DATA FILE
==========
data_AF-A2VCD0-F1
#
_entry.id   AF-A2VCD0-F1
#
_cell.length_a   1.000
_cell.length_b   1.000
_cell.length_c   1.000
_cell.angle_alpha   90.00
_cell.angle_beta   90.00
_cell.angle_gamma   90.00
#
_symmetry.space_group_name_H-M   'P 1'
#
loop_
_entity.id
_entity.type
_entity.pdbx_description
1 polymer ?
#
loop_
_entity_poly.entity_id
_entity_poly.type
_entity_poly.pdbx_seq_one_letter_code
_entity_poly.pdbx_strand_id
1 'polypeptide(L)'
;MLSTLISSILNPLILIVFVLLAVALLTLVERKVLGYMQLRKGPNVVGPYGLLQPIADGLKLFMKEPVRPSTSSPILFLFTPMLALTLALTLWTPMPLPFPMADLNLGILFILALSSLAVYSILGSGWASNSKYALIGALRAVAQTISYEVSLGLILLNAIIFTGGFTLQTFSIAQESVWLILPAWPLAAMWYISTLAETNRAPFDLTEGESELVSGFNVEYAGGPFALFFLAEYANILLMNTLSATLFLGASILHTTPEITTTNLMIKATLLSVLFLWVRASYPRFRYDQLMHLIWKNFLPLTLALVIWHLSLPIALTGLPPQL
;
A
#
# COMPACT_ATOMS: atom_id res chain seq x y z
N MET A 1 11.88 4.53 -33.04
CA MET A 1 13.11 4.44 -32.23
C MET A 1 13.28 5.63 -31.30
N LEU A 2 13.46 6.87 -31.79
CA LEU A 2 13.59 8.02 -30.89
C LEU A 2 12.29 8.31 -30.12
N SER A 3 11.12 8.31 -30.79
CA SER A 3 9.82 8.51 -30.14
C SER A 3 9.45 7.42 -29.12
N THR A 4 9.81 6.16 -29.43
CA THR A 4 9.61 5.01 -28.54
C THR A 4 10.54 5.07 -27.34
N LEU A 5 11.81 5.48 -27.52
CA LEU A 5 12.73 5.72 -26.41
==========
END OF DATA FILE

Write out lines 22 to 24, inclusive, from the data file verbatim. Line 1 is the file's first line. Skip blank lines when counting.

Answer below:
_entity_poly.type
_entity_poly.pdbx_seq_one_letter_code
_entity_poly.pdbx_strand_id